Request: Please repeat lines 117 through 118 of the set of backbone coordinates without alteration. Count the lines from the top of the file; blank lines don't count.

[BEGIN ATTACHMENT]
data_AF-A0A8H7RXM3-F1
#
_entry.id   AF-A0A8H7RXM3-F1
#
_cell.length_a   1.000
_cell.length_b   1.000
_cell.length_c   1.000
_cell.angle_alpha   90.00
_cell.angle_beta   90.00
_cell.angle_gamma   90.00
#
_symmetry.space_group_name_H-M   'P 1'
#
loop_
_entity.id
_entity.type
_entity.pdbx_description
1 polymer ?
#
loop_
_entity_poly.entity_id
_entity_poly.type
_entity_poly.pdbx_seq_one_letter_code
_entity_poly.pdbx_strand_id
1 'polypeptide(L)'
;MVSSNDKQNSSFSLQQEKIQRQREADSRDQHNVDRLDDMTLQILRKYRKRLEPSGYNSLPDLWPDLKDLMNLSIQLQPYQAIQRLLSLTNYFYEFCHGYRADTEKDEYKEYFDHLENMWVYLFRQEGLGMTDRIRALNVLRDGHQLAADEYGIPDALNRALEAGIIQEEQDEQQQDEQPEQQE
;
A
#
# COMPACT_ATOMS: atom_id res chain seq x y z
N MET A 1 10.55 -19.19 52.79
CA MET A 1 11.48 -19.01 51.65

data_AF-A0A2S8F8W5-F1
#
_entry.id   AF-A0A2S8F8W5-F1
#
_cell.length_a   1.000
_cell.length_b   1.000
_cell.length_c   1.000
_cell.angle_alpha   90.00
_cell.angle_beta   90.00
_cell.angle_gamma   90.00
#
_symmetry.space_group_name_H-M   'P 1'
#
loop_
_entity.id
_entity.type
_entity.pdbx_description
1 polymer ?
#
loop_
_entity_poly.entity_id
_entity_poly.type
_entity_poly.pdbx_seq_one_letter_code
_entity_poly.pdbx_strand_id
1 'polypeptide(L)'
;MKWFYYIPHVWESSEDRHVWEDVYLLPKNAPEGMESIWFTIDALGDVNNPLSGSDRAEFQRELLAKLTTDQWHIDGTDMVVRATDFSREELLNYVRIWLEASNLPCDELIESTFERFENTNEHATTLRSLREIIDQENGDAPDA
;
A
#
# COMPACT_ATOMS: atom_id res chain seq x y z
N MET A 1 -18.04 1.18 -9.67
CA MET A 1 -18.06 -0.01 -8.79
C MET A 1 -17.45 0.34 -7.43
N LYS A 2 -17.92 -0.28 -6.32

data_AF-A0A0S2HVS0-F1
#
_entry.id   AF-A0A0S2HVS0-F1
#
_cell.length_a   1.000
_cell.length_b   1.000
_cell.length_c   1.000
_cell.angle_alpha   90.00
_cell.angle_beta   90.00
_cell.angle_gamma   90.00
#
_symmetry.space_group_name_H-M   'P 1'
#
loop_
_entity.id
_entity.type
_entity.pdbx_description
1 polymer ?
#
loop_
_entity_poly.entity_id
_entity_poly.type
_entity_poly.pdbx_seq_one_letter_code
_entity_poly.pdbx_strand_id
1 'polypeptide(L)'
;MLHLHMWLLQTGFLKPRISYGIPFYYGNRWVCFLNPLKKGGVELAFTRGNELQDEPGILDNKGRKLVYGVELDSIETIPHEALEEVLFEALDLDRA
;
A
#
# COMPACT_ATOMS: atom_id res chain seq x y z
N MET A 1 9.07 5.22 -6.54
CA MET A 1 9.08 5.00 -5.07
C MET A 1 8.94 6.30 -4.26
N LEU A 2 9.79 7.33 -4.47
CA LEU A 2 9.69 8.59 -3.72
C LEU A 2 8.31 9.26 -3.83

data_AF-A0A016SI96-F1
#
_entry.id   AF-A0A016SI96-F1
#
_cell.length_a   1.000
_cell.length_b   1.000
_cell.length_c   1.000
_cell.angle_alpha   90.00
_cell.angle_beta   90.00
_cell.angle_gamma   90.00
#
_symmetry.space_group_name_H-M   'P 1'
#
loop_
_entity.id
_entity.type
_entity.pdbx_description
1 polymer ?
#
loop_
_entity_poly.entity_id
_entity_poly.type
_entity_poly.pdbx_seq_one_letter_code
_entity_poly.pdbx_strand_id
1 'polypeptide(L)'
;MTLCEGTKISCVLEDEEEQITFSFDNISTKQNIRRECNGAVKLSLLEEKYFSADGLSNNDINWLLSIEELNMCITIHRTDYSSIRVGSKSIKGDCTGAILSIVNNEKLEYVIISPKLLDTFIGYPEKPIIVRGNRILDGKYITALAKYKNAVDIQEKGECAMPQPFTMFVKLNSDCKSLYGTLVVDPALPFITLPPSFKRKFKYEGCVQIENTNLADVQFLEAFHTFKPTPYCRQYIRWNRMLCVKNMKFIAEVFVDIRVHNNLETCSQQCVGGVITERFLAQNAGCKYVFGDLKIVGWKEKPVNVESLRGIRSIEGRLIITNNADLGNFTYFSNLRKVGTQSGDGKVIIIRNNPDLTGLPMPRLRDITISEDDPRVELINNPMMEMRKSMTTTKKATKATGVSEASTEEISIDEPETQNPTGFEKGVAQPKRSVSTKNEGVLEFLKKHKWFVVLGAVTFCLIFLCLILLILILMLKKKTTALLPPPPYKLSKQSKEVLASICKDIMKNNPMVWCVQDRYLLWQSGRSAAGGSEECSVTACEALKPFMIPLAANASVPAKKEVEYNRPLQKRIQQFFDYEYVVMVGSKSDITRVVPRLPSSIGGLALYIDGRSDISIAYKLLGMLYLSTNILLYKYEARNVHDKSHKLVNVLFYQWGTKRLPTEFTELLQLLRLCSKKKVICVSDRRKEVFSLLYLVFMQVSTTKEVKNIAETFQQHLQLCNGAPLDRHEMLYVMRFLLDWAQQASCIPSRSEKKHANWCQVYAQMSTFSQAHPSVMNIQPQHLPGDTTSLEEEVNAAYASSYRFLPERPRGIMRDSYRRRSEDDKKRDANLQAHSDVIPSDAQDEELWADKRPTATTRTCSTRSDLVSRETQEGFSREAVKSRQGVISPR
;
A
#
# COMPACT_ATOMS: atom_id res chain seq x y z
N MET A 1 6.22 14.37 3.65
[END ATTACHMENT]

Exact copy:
_entity.id
_entity.type